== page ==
Role of Nr13 in regulation of programmed cell death in the bursa of Fabricius.
Apoptotic cell death is developmentally regulated in the chicken bursa of Fabricius. Although apoptosis is low in the embryonic bursa, cell death increases markedly after hatching. The expression of Bcl2 family cell death antagonists was examined to identify the genes that regulate bursal cell apoptosis. The expression of Bcl-xL, A1, and Mcl1 was detected in both embryos and hatched birds, whereas Nr13 was expressed at high levels in embryonic bursa, and decreased significantly after hatching, correlating inversely with apoptosis. The oncogene v-reland phorbol myristate acetate, two known inhibitors of bursal cell apoptosis, induced Nr13 expression. Overexpression of Nr13 in DT40 bursal lymphoma cells protected them from low serum-induced apoptosis. The mechanism of inhibition of apoptosis by Nr13 is likely to involve a critical BH4 domain and interaction with death agonist Bax. Deletion of the BH4 domain converted Nr13 into a death agonist. Bax coimmunoprecipitated with Nr13 and Bax was induced, whereas Nr13 levels diminished when bursal lymphoblasts were induced to apoptosis by dispersion. Bursal transplantation studies demonstrated that Nr13 could prevent the in vivo programmed elimination of bursal stem cells after hatching, suggesting that Nr13 plays a role in maintaining bursal stem cells. (+info)
Lysis of myelocytes in chickens infected with infectious bursal disease virus.
In specific-pathogen-free chickens infected with the highly virulent HPS-2 strain or virulent reference GBF-1 strain of infectious bursal disease virus (IBDV), pathologic changes of the bone marrow were investigated. On histologic examination, bone marrow lesions were prominent in the HPS-2 group but only mild in the GBF-1 group. The bone marrow of the HPS-2 group showed severe lysis and depletion of heterophil myelocytes with pyknotic nuclear alteration 2-3 days after inoculation. On examination with an electron microscope, heterophil myelocytes were characterized by shrinkage of the cytoplasm and peripheral condensation of nuclear chromatin. IBDV particles were not detected in altered myelocytes. A terminal deoxynucleotidyl transferase-mediated deoxyuridine triphosphate nick end-labeling method demonstrated a positive reaction in only heterophil myelocytes. In contrast, nucleosomal DNA fragmentation in HPS-2-infected bone marrow cells was indiscernible by agarose gel electrophoresis. These findings indicate that lysis of bone marrow cells is selectively induced in heterophil myelocytes at an early stage after IBDV infection and independent of virus replication. (+info)
Infectivity to hosts of the endogenous stages of chicken and murine Cryptosporidium.
Five groups of 4 mice each were inoculated with 10(6) Cryptosporidium muris oocysts. They were necropsied on days 2, 4, 6, 8 and 10. The stomach mucosa from each group were made into 10% suspension in physiological saline and were orally inoculated to 2 mice each. Recipients given suspension from infected mice on day 6, 8 and 10 shed oocysts from 6, 9 and 6, respectively. Similarly, White Leghorn received 10(6) Cryptosporidium sp. oocysts were killed daily between 1 and 6 days. Recipients given bursa of Fabricius or caecum of donor birds on days 4, 5 and 6 shed oocysts. The endogenous stages of murine and chicken Cryptosporidium were able to infect the appropriate host. (+info)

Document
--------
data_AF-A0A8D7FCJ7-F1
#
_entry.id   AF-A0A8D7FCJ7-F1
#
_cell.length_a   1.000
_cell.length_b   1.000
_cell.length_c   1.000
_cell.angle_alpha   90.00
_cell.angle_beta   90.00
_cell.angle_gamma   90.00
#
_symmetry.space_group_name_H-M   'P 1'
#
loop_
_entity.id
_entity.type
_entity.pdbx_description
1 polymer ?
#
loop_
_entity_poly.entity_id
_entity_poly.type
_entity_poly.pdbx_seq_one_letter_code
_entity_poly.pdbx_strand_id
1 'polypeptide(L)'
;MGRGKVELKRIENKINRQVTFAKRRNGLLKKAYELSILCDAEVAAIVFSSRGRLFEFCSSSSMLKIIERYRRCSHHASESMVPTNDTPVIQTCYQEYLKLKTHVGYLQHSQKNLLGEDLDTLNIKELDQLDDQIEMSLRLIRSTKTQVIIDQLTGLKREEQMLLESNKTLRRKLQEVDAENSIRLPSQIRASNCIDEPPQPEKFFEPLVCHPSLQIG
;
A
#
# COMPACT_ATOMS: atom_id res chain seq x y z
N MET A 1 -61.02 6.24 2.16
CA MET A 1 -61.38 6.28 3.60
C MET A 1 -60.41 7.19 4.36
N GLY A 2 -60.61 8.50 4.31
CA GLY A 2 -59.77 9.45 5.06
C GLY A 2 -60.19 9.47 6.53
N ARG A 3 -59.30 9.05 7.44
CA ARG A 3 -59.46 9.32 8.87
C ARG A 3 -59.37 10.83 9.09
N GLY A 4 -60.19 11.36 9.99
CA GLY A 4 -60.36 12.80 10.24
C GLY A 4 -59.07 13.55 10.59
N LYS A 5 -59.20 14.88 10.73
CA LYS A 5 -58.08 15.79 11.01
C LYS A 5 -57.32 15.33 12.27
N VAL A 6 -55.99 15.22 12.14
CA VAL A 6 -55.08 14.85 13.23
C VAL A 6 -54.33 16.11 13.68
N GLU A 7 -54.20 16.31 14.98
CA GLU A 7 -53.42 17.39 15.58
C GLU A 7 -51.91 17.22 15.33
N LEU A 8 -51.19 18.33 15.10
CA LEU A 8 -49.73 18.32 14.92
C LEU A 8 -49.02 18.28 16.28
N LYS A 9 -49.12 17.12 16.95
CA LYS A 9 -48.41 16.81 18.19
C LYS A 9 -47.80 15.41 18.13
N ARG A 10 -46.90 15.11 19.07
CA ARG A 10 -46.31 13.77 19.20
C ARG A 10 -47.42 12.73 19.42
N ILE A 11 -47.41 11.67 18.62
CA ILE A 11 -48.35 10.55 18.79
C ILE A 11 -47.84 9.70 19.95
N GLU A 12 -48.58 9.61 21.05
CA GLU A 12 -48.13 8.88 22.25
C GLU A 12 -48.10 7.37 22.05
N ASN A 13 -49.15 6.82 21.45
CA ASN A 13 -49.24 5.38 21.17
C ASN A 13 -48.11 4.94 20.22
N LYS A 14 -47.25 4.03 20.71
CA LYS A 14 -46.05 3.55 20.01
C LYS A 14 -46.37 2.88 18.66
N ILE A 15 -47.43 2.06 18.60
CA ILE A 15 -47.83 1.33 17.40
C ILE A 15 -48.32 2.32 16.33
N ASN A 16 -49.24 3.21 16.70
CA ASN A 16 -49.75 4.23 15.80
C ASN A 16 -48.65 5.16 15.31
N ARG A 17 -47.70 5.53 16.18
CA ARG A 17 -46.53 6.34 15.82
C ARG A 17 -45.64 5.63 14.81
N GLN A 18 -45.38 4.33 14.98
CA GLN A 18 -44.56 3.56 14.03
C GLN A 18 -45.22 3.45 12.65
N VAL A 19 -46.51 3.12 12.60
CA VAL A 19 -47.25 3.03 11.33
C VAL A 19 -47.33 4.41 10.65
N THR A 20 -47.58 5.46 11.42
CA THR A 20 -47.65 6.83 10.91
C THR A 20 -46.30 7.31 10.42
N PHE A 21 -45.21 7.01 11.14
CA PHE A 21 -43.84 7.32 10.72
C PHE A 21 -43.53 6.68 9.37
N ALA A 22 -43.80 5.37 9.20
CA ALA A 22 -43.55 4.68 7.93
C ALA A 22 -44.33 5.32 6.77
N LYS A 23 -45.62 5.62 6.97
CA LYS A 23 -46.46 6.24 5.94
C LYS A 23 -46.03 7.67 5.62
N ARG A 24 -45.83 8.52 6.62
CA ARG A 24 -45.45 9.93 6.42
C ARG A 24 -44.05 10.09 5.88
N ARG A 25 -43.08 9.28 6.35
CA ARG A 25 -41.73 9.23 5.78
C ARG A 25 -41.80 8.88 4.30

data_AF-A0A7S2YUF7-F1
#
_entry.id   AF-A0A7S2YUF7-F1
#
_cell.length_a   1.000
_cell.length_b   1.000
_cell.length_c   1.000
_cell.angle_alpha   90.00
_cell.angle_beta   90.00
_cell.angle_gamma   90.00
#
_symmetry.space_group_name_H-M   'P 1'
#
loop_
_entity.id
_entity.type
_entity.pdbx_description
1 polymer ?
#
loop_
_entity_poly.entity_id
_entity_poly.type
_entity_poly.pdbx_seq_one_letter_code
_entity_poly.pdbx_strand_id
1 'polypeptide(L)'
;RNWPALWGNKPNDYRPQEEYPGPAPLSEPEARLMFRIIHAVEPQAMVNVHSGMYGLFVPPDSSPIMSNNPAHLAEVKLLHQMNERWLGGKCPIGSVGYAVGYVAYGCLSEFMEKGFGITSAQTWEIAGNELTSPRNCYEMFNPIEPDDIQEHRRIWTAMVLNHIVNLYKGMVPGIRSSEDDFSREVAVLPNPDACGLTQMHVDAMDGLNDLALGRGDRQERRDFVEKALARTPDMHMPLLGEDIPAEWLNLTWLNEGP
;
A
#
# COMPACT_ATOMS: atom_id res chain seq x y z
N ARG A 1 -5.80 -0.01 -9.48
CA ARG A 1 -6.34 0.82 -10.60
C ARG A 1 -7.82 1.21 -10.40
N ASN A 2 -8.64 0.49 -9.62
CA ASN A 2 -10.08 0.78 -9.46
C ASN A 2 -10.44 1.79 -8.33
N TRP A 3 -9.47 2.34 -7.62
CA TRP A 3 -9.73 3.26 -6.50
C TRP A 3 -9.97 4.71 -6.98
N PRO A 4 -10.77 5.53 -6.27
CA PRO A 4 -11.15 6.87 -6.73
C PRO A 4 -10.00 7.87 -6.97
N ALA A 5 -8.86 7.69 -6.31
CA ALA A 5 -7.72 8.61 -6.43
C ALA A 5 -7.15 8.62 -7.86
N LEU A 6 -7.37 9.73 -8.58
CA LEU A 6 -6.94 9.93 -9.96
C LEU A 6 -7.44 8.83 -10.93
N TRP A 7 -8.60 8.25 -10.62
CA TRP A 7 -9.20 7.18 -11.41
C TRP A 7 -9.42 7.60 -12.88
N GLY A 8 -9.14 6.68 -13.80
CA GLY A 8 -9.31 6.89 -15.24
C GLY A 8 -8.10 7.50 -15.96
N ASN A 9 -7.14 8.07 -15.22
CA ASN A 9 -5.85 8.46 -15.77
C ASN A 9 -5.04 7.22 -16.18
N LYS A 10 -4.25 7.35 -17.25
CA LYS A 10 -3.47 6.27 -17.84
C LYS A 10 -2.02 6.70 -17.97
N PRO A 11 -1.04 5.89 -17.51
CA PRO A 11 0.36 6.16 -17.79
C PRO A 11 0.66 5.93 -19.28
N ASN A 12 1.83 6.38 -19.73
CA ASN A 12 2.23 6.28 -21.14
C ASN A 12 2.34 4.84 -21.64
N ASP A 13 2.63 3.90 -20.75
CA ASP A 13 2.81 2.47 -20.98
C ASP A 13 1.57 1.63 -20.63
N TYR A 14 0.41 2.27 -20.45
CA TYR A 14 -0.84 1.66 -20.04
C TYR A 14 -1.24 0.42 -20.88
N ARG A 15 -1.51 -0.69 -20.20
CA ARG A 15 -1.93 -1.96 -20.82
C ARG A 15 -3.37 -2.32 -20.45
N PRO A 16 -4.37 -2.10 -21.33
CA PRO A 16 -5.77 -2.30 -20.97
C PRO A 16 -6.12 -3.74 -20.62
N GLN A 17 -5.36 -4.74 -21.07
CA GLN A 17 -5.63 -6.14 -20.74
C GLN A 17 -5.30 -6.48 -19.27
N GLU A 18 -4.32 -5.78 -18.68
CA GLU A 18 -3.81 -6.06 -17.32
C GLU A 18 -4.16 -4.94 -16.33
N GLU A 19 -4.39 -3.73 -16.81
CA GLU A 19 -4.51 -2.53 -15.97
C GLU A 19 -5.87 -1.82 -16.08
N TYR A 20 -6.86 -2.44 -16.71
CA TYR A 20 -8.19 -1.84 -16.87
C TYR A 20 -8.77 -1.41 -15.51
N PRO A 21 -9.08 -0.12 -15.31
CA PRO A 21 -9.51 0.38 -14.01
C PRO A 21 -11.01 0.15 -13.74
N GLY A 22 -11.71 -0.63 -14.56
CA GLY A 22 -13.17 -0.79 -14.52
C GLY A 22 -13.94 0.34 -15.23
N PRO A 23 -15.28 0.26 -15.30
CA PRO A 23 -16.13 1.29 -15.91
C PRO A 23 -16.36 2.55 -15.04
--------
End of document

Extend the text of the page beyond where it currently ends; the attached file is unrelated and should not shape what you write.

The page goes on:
Effect of thymus extract on immunologic reactivity of chicken vaccinated with infectious bursal disease virus.
The effects of crude thymus extract on the immune response and protection against challenge with virulent infectious bursal disease virus (IBDV) were studied in one-day-old chick. Oral administration of thymus extract (1 ml/kg) markedly and significantly increased the total protein, albumin, globulin, Tri-iodothyronine (T3), Thyroxine (T4) and the body weight gain in one-day-old chick. In addition, it increased the total lymphocytic count over four weeks after administration. Although vaccination also increased total protein, globulin, T4 and the total lymphocytic count but it significantly decreased the body weight gain of the chick and administration of thymus extract, before, during or after vaccination markedly improved the vaccination effectiveness with significant elevation of the globulin level and body weight gain of the chick. It also prevented the decrease in the relative weights of bursa, spleen and thyroid gland which commonly prevailed during vaccination. Chicken administered thymus extract and vaccinated with infectious bursal disease (IBD) vaccine showed 100% protection against challenge with IBDV. Meanwhile the vaccinated non-thymus treated group exhibited 80% protection against IBDV challenge. These results indicate a potentiating effect of thymus extract on the immune system in baby chick. These findings are supported by ELISA results that showed a marked increase in antibody titers in thymus treated groups. Additionally, microscopical examination of the bursa and the existent lymphoid hyperplasia in thymus treated groups but not vaccinated group support our findings. (+info)
Development of B cells expressing surface immunoglobulin molecules that lack V(D)J-encoded determinants in the avian embryo bursa of fabricius.